Since the invention of the tuba, there has not been as much progress in the development of the instrument as the instrumental innovations of Roland Szentpáli and Zoltán Juhász. This is because the developed mechanics allow musicians to play the instrument while standing and move freely on stage. And the conversion between the traditional and the new game position takes only two and a half minutes. The significance of the development is shown by the fact that Gerhard Meinl, a seventh-generation German instrument maker, was also involved in the world patent and dissemination of the innovation.
The snuff was patented on September 12, 1835, and since then, like other brass instruments, only its keyboard system has been improved, and its size has grown, in line with the expectations of an outdoor brass band to speak as large as possible. Until the mid-20th century, until Paul Hindemith, Ralph Vaughan Williams, and Krzysztof Penderecki wrote the backbone of the instrument’s solo repertoire, it didn’t even occur for tuba to take on a more serious solo role. Before the turn of the millennium, another major composer, John Williams, composed a concerto for tuba, thus increasingly paving the way for the instrument to become a solo instrument and reach a wider audience. Nowadays, the snipers are well-prepared, both technically and musically, to stand out as a soloist in a recital or even accompanied by a band. During its evolution, however, tuba evolved in such a way that, due to its weight and holding position, it can only be played while sitting on it. At first, this doesn’t seem like a big deal, as they play both cello and piano, for example, but in contrast, the tuba covers most of the player’s face and is also difficult to move with.
“As a soloist, I’ve struggled for decades with the problem of having to sit in concerts and choose between two bad, static positions. When I sit in front of the audience, they see half of my face, so if I have limited contact with them, however, I position the tuba funnel towards the upper left corner of the stage so they can’t hear well. When I sit sideways to the audience, the sound bounces off the ceiling so they hear more of my game, but it becomes almost completely impersonal as only a few see my face, they too only from the side. In addition, due to the static, almost motionless sitting position, the player is unable to communicate with the conductor or the musicians either, which greatly narrows the expressiveness of the snuff list. We have been trying for years to find a solution with Hungarian, French and German instrument makers. ”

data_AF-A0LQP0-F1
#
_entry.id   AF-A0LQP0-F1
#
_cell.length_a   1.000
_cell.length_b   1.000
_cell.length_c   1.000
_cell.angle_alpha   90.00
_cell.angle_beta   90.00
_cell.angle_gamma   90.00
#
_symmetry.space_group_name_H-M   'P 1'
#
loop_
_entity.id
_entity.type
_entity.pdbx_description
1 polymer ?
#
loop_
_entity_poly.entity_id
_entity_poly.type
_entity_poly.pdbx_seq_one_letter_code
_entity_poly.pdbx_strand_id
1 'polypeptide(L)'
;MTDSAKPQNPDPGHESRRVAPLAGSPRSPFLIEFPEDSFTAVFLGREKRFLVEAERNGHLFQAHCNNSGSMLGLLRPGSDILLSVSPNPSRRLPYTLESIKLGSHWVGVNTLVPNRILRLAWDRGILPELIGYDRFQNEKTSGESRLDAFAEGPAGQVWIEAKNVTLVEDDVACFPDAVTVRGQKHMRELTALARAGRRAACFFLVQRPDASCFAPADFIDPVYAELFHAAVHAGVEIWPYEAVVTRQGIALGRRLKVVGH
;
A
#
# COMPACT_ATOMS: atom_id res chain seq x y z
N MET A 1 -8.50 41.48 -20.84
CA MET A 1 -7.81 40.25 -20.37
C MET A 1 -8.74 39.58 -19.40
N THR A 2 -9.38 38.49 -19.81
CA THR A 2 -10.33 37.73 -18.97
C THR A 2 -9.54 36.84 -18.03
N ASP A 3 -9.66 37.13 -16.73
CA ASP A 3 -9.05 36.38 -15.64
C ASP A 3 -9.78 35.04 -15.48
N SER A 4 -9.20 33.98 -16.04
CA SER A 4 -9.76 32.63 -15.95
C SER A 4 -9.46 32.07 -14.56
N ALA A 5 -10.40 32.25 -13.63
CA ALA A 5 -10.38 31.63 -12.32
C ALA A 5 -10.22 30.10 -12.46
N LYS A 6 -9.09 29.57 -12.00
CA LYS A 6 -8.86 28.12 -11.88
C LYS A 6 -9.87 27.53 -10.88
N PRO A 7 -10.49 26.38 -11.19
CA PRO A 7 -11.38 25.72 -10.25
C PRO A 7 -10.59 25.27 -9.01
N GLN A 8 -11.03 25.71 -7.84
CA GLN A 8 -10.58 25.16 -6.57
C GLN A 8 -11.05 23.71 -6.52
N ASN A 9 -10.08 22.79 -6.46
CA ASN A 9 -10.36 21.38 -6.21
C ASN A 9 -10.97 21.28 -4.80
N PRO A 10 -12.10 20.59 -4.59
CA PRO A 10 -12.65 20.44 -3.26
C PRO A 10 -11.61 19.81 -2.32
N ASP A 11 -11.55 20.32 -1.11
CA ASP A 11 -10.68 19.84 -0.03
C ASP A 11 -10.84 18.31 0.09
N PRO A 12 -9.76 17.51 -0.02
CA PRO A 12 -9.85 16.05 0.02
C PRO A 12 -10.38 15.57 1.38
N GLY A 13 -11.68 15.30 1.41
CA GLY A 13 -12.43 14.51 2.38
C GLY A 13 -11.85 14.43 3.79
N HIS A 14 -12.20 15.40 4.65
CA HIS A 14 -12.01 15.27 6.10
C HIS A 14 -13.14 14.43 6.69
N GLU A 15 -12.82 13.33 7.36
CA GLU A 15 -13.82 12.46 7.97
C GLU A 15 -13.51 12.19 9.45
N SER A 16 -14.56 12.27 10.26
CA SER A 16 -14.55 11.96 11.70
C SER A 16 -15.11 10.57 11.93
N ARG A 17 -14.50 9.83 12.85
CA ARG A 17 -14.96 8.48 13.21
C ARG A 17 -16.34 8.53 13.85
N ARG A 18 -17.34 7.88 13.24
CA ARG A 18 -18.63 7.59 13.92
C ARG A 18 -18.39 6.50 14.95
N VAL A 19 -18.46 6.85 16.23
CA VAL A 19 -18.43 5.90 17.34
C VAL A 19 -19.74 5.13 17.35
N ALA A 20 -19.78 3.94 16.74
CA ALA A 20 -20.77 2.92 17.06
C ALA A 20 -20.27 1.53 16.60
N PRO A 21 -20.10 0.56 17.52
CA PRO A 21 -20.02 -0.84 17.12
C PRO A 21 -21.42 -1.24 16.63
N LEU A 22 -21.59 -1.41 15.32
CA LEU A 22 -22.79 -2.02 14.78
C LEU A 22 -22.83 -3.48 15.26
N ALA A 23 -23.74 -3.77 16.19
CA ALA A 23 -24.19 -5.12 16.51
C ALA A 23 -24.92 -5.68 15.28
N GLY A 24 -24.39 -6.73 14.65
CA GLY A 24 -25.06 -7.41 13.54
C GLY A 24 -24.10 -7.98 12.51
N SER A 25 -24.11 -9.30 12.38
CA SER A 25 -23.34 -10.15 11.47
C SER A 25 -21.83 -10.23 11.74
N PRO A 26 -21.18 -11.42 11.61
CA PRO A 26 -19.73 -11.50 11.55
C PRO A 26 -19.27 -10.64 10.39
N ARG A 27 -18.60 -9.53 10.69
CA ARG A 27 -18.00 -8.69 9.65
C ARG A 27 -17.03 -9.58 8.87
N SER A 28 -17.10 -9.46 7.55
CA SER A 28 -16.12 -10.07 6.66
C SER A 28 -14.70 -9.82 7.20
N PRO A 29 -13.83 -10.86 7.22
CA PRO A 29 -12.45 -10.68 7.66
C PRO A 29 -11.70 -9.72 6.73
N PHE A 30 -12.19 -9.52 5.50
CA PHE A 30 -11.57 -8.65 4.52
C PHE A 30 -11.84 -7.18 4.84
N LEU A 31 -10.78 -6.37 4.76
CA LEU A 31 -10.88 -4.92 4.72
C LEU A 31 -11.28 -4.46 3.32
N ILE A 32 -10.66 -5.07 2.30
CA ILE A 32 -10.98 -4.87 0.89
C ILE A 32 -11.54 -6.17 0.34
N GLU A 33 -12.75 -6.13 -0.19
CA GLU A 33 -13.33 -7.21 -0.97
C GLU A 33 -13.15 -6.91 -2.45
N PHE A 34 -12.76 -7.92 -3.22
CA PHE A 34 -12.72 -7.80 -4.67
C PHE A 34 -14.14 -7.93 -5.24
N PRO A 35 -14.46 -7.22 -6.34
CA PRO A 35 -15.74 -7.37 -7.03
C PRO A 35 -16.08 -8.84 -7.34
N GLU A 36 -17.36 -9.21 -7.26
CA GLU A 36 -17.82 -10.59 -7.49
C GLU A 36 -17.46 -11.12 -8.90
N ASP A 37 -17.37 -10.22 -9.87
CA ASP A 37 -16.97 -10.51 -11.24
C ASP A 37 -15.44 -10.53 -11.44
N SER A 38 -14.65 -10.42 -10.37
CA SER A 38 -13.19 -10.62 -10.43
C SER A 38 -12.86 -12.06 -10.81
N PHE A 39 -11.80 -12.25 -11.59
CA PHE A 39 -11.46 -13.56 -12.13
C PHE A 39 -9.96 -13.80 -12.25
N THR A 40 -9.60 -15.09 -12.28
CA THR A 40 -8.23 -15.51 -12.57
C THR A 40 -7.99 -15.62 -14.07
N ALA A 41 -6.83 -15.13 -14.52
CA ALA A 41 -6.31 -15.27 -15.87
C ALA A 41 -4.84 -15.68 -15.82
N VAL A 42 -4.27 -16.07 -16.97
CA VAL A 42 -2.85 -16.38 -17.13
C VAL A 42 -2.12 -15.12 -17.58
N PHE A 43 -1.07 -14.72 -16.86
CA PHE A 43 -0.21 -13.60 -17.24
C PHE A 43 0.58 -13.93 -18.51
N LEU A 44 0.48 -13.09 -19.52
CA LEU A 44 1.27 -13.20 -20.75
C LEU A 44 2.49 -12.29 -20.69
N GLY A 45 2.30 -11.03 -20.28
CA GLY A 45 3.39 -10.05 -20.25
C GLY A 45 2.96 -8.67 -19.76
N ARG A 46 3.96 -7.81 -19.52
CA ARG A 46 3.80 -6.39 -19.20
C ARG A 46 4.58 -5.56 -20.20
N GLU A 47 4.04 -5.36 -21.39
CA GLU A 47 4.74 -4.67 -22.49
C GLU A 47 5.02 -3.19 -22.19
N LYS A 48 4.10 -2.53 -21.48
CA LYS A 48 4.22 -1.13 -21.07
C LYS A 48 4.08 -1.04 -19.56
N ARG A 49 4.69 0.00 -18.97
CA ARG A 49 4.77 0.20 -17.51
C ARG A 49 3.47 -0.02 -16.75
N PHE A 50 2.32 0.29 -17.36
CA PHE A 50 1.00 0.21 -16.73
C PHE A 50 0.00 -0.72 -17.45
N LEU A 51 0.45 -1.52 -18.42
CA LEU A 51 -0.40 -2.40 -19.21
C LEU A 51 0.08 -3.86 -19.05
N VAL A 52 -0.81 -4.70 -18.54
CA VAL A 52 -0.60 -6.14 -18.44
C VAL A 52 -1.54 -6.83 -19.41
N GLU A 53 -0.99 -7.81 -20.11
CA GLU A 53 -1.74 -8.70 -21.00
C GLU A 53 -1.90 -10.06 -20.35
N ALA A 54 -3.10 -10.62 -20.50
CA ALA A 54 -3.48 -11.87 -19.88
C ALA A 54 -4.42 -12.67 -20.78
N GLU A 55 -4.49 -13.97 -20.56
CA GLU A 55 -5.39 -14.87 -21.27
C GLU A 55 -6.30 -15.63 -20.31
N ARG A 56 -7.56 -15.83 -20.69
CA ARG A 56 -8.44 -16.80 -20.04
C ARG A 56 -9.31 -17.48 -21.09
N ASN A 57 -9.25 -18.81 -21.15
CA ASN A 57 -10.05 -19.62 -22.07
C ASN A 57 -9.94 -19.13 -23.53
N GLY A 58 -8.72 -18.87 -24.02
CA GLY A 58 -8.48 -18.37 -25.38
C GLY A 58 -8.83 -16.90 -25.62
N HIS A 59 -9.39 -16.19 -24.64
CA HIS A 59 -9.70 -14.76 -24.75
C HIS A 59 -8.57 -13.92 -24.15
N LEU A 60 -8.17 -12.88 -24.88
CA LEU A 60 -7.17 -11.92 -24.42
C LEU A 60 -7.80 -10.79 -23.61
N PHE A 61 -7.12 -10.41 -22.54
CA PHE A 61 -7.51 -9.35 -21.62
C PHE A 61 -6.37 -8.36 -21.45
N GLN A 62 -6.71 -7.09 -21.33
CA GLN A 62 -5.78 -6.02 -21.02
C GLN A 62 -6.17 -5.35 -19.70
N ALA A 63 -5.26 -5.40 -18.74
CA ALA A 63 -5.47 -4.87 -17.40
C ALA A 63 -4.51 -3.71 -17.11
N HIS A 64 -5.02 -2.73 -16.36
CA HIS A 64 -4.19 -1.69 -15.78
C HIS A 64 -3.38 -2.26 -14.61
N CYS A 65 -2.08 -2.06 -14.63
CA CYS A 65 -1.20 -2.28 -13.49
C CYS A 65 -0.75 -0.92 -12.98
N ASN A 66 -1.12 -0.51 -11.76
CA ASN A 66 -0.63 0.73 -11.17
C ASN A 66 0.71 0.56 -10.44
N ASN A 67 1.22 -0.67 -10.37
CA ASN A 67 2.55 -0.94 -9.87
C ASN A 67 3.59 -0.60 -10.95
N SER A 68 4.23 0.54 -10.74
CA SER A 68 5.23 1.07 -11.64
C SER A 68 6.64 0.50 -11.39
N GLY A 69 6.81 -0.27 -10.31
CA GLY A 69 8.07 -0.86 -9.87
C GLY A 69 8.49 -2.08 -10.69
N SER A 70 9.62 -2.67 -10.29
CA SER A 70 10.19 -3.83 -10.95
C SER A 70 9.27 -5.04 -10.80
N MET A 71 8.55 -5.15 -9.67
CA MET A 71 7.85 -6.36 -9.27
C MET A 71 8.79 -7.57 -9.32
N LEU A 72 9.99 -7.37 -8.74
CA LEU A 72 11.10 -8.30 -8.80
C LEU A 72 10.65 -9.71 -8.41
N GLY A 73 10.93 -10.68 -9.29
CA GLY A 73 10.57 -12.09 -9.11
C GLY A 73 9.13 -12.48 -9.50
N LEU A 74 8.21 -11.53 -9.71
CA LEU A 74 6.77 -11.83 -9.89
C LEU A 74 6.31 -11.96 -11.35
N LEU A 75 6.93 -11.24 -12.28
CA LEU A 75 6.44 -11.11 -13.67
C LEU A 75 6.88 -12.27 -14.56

– highlights Roland Szentpáli, a tuber-artist-composer who was the first in Hungary to achieve serious success as a soloist with this instrument.
This is how Twoba became:
Finally, based on the ideas of the tube artist, Zoltán Juhász, a master of instrument making with a gold wreath, created a new keyboard system, which reformes the holding position of the instrument so that it can be played standing on it. All this so that the tub requires only the newly developed component, which can be retrofitted to any instrument with such a system. With the help of innovation, the musician only needs to balance the instrument minimally while being able to move freely on stage. He sees the conductor perfectly, not covering his face in the least on the funnel of the instrument, while the tuba targets the audience.
The biggest innovation of the developed mechanics is that the piston has been converted into a reverse movement instead of a pusher, so it is operated in a completely different position from the previous ones, pulling the piston into the piston housing from below from its upper position. This allows them to turn the instrument 180 degrees, resulting in its funnel facing the audience while playing. In addition, the conversion between the traditional and the new playing position takes two and a half minutes for the musician.
Gerhard Meinl, a seventh-generation German instrument maker and former owner of Wenzel Meinl GmbH, says this is the biggest step forward since the tuba patent. The German specialist built the world’s most important room building workshop from a family manufactory, supporting Hungarian development as a patron. The production of the new reversing mechanism is carried out in Hungary by a Hungarian company, under the professional and quality supervision of Zoltán Juhász and Roland Szentpáli. The component will be installed on the Meinl Weston 2250 tub by any instrument repair professional worldwide. The part that has just been developed must be adapted to the specific model for all other tuba, due to the mounting and the minimum but different sizes for each brand.
Video showing the instrument innovation:
Further information: www.twoba.hu
Source: technokrata by www.technokrata.hu.
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